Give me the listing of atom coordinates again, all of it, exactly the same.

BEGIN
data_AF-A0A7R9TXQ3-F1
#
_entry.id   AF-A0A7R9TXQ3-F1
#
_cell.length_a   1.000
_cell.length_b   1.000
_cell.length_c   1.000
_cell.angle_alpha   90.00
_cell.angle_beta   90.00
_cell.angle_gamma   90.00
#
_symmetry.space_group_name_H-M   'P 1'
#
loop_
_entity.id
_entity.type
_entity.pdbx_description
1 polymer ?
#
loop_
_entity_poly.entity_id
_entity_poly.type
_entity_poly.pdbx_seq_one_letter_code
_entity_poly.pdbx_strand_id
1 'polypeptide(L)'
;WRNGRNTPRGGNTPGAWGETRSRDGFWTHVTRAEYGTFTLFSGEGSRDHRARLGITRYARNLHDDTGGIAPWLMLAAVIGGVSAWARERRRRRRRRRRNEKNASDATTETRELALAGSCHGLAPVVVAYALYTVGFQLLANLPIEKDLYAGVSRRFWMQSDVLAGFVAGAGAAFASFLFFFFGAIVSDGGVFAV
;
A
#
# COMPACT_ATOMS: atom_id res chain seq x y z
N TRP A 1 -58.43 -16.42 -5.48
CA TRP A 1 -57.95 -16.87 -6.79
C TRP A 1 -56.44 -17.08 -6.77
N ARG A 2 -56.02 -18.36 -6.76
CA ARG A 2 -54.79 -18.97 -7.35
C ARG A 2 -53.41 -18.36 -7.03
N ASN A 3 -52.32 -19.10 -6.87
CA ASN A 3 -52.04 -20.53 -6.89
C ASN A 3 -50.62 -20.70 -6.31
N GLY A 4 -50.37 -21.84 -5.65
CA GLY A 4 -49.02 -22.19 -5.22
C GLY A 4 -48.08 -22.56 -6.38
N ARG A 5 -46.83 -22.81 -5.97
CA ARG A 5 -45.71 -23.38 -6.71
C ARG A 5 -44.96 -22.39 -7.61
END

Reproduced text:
data_AF-A0A7R9TXQ3-F1
#
_entry.id   AF-A0A7R9TXQ3-F1
#
_cell.length_a   1.000
_cell.length_b   1.000
_cell.length_c   1.000
_cell.angle_alpha   90.00
_cell.angle_beta   90.00
_cell.angle_gamma   90.00
#
_symmetry.space_group_name_H-M   'P 1'
#
loop_
_entity.id
_entity.type
_entity.pdbx_description
1 polymer ?
#
loop_
_entity_poly.entity_id
_entity_poly.type
_entity_poly.pdbx_seq_one_letter_code
_entity_poly.pdbx_strand_id
1 'polypeptide(L)'
;WRNGRNTPRGGNTPGAWGETRSRDGFWTHVTRAEYGTFTLFSGEGSRDHRARLGITRYARNLHDDTGGIAPWLMLAAVIGGVSAWARERRRRRRRRRRNEKNASDATTETRELALAGSCHGLAPVVVAYALYTVGFQLLANLPIEKDLYAGVSRRFWMQSDVLAGFVAGAGAAFASFLFFFFGAIVSDGGVFAV
;
A
#
# COMPACT_ATOMS: atom_id res chain seq x y z
N TRP A 1 -58.43 -16.42 -5.48
CA TRP A 1 -57.95 -16.87 -6.79
C TRP A 1 -56.44 -17.08 -6.77
N ARG A 2 -56.02 -18.36 -6.76
CA ARG A 2 -54.79 -18.97 -7.35
C ARG A 2 -53.41 -18.36 -7.03
N ASN A 3 -52.32 -19.10 -6.87
CA ASN A 3 -52.04 -20.53 -6.89
C ASN A 3 -50.62 -20.70 -6.31
N GLY A 4 -50.37 -21.84 -5.65
CA GLY A 4 -49.02 -22.19 -5.22
C GLY A 4 -48.08 -22.56 -6.38
N ARG A 5 -46.83 -22.81 -5.97
CA ARG A 5 -45.71 -23.38 -6.71
C ARG A 5 -44.96 -22.39 -7.61